Monday Author: Susanne Skinner
Bad officials are elected by good citizens who do not vote. ~ George Jean Nathan
On November 3rd, every American citizen over the age of 18 has the opportunity to exercise their right to vote. Each of us will choose the candidate we believe is best suited to lead our country for the next four years. This is one of the most polarizing elections in American history; the decisions have the power to change our government for years to come.
Nobody knows the outcome, despite speculation from parties, polls and people.
It is every voter’s job to hold politicians accountable, and this year, more than any other in my memory, the election is burdened with deep party division and contention.
Social distancing rules, along with a record number of mail-in ballots, early voting and first-time voters, casts a long shadow over the election. Lines are longer, mail is slower, and both sides have put an aggressive and sometimes violent stake in the ground for their candidate.
Millions of people will vote by absentee ballot or by mail, and not every state or post office is equipped to handle the volume. The continuing specter of Covid-19 lends itself to voter suppression, confusion and fear.
The most important thing you can do in this election is show up to vote. Do not let anyone prevent you, discourage you or stand in your way.
Throwing Away Your Vote
You may decide neither candidate aligns with your values. You may choose to put your party over your country, selecting a secondary candidate with no chance of winning. But when they don’t win, what good did your vote do? You made a statement, then threw it away.
If you think the Republican or the Democratic nominee mirrors your beliefs, then vote for that candidate. If you don’t, and you still vote for them, you’re helping to preserve a status quo you don’t support.
“Voting isn’t marriage, it’s taking the bus. You take the bus that gets you where you need to go. You don’t have to love the bus. You won’t be on the bus for the rest of your life. It may not be the bus you wanted, but it beats having to walk 20 blocks because the bus you wanted didn’t have the gas to get you where you wanted to go.”
Elections have consequences, and if you want to waste your vote on a matter of principle, then you have no ground to stand on when you are unhappy with the results.
Vote for Your Future
Your vote may not directly elect the president, but if your vote joins enough others in your voting district or county, it will matter when it comes to electoral results.
Most states have a “winner take all” system where the popular vote winner gets the state’s electoral votes. There are also local and state elections to consider. While presidential elections usually get a significant voter turnout, other national and local elections are just as important, even though they are decided by a smaller group of voters.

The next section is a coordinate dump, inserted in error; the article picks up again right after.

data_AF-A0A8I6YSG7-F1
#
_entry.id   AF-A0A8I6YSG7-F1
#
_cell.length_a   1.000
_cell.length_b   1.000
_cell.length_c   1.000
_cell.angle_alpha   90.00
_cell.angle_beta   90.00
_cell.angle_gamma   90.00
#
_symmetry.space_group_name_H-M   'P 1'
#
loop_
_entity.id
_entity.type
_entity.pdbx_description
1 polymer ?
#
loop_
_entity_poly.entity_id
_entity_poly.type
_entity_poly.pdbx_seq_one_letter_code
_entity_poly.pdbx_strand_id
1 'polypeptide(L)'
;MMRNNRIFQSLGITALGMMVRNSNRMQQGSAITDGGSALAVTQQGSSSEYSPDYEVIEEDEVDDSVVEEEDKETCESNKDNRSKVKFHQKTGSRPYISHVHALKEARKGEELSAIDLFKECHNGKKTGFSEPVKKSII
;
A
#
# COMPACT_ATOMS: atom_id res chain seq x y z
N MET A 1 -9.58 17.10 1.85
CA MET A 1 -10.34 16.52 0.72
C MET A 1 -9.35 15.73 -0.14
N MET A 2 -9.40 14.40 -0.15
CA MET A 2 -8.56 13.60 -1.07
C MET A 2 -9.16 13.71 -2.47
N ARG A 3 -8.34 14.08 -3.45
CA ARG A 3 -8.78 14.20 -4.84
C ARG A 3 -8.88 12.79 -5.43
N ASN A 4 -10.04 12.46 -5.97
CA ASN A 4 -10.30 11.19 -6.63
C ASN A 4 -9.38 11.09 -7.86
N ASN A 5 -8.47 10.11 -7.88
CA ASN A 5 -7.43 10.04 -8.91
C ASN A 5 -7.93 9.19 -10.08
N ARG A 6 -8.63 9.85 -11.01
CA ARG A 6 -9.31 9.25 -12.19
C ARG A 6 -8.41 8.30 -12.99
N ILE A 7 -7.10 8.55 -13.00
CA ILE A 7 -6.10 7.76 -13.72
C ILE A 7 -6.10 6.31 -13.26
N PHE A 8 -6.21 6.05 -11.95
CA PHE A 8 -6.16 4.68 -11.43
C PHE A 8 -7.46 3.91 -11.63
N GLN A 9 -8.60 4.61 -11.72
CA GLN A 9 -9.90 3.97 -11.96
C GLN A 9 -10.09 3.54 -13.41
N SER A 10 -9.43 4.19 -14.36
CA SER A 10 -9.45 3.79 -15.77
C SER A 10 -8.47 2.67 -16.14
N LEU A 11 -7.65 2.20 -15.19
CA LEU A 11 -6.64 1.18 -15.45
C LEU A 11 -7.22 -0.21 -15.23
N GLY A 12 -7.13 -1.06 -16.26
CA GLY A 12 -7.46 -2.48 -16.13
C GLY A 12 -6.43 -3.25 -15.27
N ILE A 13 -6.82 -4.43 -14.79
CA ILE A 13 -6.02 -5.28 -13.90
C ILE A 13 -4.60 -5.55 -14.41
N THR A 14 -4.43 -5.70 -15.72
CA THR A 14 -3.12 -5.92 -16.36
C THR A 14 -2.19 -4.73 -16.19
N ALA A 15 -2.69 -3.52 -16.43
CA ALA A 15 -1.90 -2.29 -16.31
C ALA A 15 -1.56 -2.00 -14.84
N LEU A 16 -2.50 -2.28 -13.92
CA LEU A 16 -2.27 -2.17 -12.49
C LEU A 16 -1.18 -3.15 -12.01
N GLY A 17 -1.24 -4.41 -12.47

Your vote is your power, the most important power you have as a United States citizen. Voting determines how you want your country, state and local communities to be governed. It’s an investment in decisions directly affecting you, your families and your friends.
Third-party voting is one way to vote without supporting a mainstream choice. It’s essentially a protest vote that isn’t going to affect the outcome of the election .
While many people think this is a great alternative, it isn’t the road to take in this election. Disenfranchised voters, including a few public officials (I’m looking at you Charlie Baker) publicly stated they will write in the name of an alternate candidate.
If you vote for someone other than your party’s main candidate or decide not to vote at all, you are helping the opposing candidate win.
No third-party candidate has ever won a presidential election. In past elections popular write-in names included Mickey Mouse, Donald Duck, and Bugs Bunny.
If you are not voting, you are failing to represent yourself and your demographic.
By choosing not to vote, you weaken the overall voice of those who do vote. This is your loss as well as a loss for the democracy that supports you. Your voice is your vote. If you don’t show up, your voice isn’t heard.
Participating in elections is a freedom that belongs to every American citizen. Your freedom to vote has been hard won. No matter what you believe or whom you support, it is important to exercise your voting rights.
The Importance of Showing Up
When young people decide not to vote, they are disproportionately represented in the government. Environmental action, college debt, and the federal minimum wage are issues that directly affect America’s Millennials and Generation Z. They are not sufficiently represented when YOU decide not to participate in a presidential election.
Election results come down to those who decided voting is worth the effort. An election is determined by the people who show up.
Vote. Your future depends on it.